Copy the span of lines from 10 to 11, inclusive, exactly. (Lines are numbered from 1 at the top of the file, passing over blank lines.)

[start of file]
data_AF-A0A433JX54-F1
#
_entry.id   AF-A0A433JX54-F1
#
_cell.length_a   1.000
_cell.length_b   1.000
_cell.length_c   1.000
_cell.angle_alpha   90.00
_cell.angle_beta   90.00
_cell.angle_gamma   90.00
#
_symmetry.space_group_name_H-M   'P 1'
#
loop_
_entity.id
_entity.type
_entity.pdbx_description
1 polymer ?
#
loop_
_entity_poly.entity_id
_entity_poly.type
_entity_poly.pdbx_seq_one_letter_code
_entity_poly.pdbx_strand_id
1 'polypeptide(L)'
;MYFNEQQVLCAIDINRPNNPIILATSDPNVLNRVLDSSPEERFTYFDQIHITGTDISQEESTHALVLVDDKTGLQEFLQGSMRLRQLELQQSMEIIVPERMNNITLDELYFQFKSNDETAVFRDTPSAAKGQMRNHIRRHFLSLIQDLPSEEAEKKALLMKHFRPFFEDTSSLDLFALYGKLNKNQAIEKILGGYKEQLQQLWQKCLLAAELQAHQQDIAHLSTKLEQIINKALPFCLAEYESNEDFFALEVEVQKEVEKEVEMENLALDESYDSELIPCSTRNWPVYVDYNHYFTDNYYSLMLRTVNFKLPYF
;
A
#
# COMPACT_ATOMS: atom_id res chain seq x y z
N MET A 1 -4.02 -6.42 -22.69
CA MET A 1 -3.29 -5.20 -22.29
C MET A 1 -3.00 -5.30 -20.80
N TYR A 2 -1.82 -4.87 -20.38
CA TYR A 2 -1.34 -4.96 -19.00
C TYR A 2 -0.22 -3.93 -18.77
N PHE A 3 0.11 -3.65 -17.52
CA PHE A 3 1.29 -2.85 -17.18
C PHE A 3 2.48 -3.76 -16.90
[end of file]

_cell.angle_gamma   90.00
#